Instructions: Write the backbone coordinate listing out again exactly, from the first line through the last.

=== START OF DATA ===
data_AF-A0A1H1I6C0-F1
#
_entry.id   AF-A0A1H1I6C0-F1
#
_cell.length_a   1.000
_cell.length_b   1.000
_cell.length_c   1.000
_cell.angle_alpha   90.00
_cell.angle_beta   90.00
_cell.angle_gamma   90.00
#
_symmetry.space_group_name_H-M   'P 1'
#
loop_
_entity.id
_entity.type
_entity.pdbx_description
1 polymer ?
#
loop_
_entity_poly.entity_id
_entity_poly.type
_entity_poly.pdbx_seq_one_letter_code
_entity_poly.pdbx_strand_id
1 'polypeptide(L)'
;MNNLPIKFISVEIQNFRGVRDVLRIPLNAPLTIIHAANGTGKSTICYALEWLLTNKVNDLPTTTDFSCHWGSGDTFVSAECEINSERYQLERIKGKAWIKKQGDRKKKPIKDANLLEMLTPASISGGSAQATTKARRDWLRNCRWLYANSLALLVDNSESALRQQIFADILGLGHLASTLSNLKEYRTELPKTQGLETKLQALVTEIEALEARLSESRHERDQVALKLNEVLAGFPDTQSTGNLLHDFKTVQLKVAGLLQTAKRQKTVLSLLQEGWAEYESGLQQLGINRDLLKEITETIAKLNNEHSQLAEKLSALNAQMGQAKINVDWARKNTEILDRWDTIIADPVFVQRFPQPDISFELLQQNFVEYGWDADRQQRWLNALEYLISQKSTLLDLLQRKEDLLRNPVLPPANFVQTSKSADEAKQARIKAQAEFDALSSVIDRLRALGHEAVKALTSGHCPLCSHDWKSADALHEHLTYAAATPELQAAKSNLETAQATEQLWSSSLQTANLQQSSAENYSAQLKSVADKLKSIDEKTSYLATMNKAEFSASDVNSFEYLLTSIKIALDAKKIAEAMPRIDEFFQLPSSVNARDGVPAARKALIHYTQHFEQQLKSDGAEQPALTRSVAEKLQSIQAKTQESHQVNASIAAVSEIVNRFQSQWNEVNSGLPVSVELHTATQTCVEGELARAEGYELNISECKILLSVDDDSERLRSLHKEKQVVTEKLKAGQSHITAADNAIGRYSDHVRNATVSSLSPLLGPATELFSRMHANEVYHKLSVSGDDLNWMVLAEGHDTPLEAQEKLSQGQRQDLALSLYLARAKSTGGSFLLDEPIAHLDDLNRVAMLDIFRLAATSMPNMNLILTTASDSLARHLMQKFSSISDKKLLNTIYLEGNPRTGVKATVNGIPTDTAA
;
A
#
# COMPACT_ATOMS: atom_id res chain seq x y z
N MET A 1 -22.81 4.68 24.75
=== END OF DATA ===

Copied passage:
data_AF-A0A1H1I6C0-F1
#
_entry.id   AF-A0A1H1I6C0-F1
#
_cell.length_a   1.000
_cell.length_b   1.000
_cell.length_c   1.000
_cell.angle_alpha   90.00
_cell.angle_beta   90.00
_cell.angle_gamma   90.00
#
_symmetry.space_group_name_H-M   'P 1'
#
loop_
_entity.id
_entity.type
_entity.pdbx_description
1 polymer ?
#
loop_
_entity_poly.entity_id
_entity_poly.type
_entity_poly.pdbx_seq_one_letter_code
_entity_poly.pdbx_strand_id
1 'polypeptide(L)'
;MNNLPIKFISVEIQNFRGVRDVLRIPLNAPLTIIHAANGTGKSTICYALEWLLTNKVNDLPTTTDFSCHWGSGDTFVSAECEINSERYQLERIKGKAWIKKQGDRKKKPIKDANLLEMLTPASISGGSAQATTKARRDWLRNCRWLYANSLALLVDNSESALRQQIFADILGLGHLASTLSNLKEYRTELPKTQGLETKLQALVTEIEALEARLSESRHERDQVALKLNEVLAGFPDTQSTGNLLHDFKTVQLKVAGLLQTAKRQKTVLSLLQEGWAEYESGLQQLGINRDLLKEITETIAKLNNEHSQLAEKLSALNAQMGQAKINVDWARKNTEILDRWDTIIADPVFVQRFPQPDISFELLQQNFVEYGWDADRQQRWLNALEYLISQKSTLLDLLQRKEDLLRNPVLPPANFVQTSKSADEAKQARIKAQAEFDALSSVIDRLRALGHEAVKALTSGHCPLCSHDWKSADALHEHLTYAAATPELQAAKSNLETAQATEQLWSSSLQTANLQQSSAENYSAQLKSVADKLKSIDEKTSYLATMNKAEFSASDVNSFEYLLTSIKIALDAKKIAEAMPRIDEFFQLPSSVNARDGVPAARKALIHYTQHFEQQLKSDGAEQPALTRSVAEKLQSIQAKTQESHQVNASIAAVSEIVNRFQSQWNEVNSGLPVSVELHTATQTCVEGELARAEGYELNISECKILLSVDDDSERLRSLHKEKQVVTEKLKAGQSHITAADNAIGRYSDHVRNATVSSLSPLLGPATELFSRMHANEVYHKLSVSGDDLNWMVLAEGHDTPLEAQEKLSQGQRQDLALSLYLARAKSTGGSFLLDEPIAHLDDLNRVAMLDIFRLAATSMPNMNLILTTASDSLARHLMQKFSSISDKKLLNTIYLEGNPRTGVKATVNGIPTDTAA
;
A
#
# COMPACT_ATOMS: atom_id res chain seq x y z
N MET A 1 -22.81 4.68 24.75